19. Laxmikant about Khanna in an interview—-Rajesh Khanna was lucky for us and we were lucky for him too. From the 1969 Do Raaste to the 1986 Amrit, we gave hits together both as films and as music scores…. When we went on our first overseas concert tour in 1984, he came and danced to three songs. He was very particular about his music and would take a tape home if he could not assess a song. He would then give his feedback after a day or two. But if he liked a song at the sitting, he would loudly shout “Wah! Wah!” in appreciation…. It was God’s blessing that we came up with such a vast range of hit songs for him, including in his home productions Roti and films like Chhailla Babu, Chakravyuha, Fiffty Fiffty, Amar Deep and Bewafai etc . Incidentally, he had a stake in Mehboob Ki Mehndi too. He had great interest in music and a terrific sense of melody too. His music is dominated by Pancham (R.D. Burman) and us and we accepted Shakti Samanta’s Anurodh only because Rajesh Khanna had some misunderstanding with Pancham then and did not want to work with him.”Khanna would always request music directors to fit in Kishore Kumar wherever possible. In fact, Kishoreda was very reluctant to sing “Waada Tera Waada” in Dushman and suggested Laxmikant Pyarelal to get it sung by Rafi. Then Laxmikant made Kishoreda meet Rajesh Khanna and Khanna winked at Laxmikant and told Kishoreda that in that case the song should be scrapped. On hearing this Kishore immediately agreed to sing it by himself for Khanna

  20. I have never even heard of this movie called “Janwar” (1983) till I read this movie. So I do not think this movie was any great shakes when it was released.

    • just see the movie from the given link.
      you will relaise its a A grade classic hindi movie.
      Its on par with Haathi Mere Saathi.
      It sreally unfortunate that many of the Rajesh Khanna’s films are not much publicised in this internet world.
      In the eighties vcr had come and radio industry died a death .
      Khanna’s film always had music only working as promotional activity before the release of his films as he rarely gave interviews or did something for publicity.
      once film released khanna’s performance and other member’s contribution only holded audience in theatres.
      so those who saw the movie are bound to rave about him…

      Jaanwar was a superhit classic in the year 1982..(not 1983)

  21. I mean I became aware of this movie only after I read this review. I was still clued in on Hindi movies in 1983. So this has to a mega flop for it to go unnoticed by me.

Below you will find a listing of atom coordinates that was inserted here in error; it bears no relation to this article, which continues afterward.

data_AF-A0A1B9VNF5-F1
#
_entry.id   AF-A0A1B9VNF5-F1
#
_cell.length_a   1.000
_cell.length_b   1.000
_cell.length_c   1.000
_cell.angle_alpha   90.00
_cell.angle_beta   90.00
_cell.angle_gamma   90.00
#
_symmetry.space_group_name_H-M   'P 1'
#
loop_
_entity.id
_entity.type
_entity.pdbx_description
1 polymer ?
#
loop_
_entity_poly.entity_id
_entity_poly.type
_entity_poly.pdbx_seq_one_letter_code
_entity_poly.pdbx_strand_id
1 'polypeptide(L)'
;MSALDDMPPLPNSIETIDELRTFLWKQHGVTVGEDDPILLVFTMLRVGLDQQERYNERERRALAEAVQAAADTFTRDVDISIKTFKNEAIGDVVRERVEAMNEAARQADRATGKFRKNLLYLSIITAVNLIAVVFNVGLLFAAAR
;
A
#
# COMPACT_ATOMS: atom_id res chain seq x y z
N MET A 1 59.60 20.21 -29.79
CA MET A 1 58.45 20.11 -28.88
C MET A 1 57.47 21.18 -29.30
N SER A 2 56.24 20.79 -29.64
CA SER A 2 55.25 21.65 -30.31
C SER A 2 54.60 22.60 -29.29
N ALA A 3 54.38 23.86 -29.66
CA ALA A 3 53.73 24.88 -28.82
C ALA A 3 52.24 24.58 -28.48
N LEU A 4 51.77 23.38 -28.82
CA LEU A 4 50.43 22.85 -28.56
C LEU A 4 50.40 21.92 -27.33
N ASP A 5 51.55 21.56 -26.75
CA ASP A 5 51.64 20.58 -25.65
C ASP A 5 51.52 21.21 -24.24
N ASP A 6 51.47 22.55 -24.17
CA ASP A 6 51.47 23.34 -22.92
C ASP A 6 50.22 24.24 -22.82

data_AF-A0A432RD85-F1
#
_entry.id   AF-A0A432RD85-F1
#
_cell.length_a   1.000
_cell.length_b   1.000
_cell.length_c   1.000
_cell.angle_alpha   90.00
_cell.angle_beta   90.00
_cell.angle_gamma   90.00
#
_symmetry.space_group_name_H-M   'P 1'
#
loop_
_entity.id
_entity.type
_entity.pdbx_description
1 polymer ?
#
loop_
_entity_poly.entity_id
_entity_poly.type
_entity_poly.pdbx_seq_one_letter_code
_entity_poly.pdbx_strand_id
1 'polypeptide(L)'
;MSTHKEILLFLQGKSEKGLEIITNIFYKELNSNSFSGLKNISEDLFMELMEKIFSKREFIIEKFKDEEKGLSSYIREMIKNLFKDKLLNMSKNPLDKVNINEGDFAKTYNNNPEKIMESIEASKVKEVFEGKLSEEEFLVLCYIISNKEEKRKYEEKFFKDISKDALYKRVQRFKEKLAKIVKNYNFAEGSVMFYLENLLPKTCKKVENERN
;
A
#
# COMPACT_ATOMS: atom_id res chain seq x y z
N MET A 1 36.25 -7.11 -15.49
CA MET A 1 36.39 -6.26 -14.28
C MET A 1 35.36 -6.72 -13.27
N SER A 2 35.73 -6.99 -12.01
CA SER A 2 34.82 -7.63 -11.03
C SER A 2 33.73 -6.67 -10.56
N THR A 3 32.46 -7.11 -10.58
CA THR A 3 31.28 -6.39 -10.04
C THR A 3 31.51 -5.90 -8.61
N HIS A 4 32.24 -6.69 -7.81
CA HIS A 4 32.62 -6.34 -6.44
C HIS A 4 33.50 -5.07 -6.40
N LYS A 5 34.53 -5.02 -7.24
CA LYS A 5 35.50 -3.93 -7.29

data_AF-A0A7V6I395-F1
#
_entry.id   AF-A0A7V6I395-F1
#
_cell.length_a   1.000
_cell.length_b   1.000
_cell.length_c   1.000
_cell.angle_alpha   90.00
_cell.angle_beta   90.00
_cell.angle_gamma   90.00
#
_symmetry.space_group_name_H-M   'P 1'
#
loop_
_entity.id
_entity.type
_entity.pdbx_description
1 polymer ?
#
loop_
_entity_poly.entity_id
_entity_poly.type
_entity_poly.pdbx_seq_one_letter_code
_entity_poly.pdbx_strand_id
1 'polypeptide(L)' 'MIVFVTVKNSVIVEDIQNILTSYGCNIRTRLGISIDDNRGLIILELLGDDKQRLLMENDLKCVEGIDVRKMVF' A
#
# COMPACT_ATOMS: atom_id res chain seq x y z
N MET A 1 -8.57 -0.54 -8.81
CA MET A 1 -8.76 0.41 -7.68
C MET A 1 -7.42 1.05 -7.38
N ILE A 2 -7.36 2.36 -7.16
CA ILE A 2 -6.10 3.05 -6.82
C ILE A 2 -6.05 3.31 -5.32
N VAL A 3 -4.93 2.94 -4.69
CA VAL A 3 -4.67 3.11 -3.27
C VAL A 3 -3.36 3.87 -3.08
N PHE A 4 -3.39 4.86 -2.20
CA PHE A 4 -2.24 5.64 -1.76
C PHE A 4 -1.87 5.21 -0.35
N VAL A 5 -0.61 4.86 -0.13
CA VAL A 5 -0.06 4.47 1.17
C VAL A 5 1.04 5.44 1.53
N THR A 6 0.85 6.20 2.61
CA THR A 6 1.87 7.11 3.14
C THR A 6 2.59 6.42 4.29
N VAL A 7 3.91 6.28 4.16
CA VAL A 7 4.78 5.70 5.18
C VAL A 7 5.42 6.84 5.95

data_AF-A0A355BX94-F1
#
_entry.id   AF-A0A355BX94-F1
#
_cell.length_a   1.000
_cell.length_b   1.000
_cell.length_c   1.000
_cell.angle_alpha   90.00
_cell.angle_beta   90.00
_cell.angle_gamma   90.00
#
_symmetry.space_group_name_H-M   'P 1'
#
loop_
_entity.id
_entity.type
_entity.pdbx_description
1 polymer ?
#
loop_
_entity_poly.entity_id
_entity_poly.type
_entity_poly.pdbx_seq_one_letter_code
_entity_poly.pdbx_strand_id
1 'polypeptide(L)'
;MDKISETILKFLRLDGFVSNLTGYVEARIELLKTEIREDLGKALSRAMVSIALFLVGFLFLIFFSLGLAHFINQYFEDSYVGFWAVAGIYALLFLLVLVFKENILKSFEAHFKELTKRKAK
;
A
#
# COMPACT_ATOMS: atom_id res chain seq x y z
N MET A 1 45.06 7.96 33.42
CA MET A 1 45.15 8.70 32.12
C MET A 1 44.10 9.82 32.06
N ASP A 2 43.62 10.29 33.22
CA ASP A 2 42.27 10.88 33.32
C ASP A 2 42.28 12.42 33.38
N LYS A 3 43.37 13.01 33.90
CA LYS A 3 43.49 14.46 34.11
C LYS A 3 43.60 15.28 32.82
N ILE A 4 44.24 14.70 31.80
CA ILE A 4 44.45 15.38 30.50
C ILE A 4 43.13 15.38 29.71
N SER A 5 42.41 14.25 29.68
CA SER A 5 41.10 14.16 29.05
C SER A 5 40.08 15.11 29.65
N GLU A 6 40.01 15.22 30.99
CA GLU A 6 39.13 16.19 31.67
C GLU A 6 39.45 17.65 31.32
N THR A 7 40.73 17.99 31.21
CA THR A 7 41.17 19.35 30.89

• Believe me, it is no great shakes although it is fun. But a classic it is not. But you can’t tell some Rajesh fans anything they don’t want to hear :)

      • may be many of the hindi dialogoues meotional and other meaningful ….words exchanged between Khanna and nirupa roy and khanna and zeenat and even the taunts by pran to pradeep kumar etc…at many places you may have not understood as the hindi spoken here in this film is village hindi…

        hope you read the reasons for me liking the film..when i saw it yet again yesterday from the link u gave.
        initailly i had seen this years back and later i began to eel as if its on that level with mahachor…… but now i find the performance, storyline, music everything much better than other make believe films of this kind…its much times better than coolie, mard, chacha batija…the screen color looked dull but i guess its the issue with DVD print..

  22. pyyar ki waadiyaan de rahi hai saza….in this song you can see how musi minded is Rajesh Khanna.
    Correct expressions and also the correct beats he plays from his hand while playing dafli.thats the reason Laxmikant praised Khanna

  23. Thanks Memsaab for reviewing this movie. I have not seen this, I knew the plot, the style and the formula of the movie.

    I am not too sure I’ll like the movie, but I knew all along that you would love this.

  24. Memsaab after long time u r reviewing our Super Star Rajesh Khanna’s movie Jaanwar of 1983.

    Jaanwar is one of the classic movie of Super Star Rajesh Khanna.


    A young woman (Zeenat Aman), who grows up in the wild, knows the secret of a lost treasure, and is also the heir to the throne. She meets with a young man (Rajesh Khanna) and both fall in love. Then the people find out that she actually is the heir to the throne, so she re-locates to the palace. Once there, she is brainwashed into forgetting who she is, and the man she loves. Notable song: “Pyar me nazar churai nahin jati, apno se koi baat chupai nahin jati, dilbar janam janam, janam janam…”;

    But the print u have published its not good quality pictures. Any how thanks memsaab for review our Super Star Rajesh Khanna’s movie once again.

  25. What a wonderful review, Memsaab! You area gifted writer for sure.
    I am still recovering from laughing fits after reading your description of Kamal Kapoor’s moustache, and Pran’s ‘Nahin ‘faces better than Nirupa Roy (who IMHO is the queen of Nahin faces)
    And a bare-chested Rajesh again! How did I miss this movie?

  26. I watched jaanwar in the theatre. I wonder why kaka who had such a good script change, chose to do this film. There was no scope for him to act. It fared badly.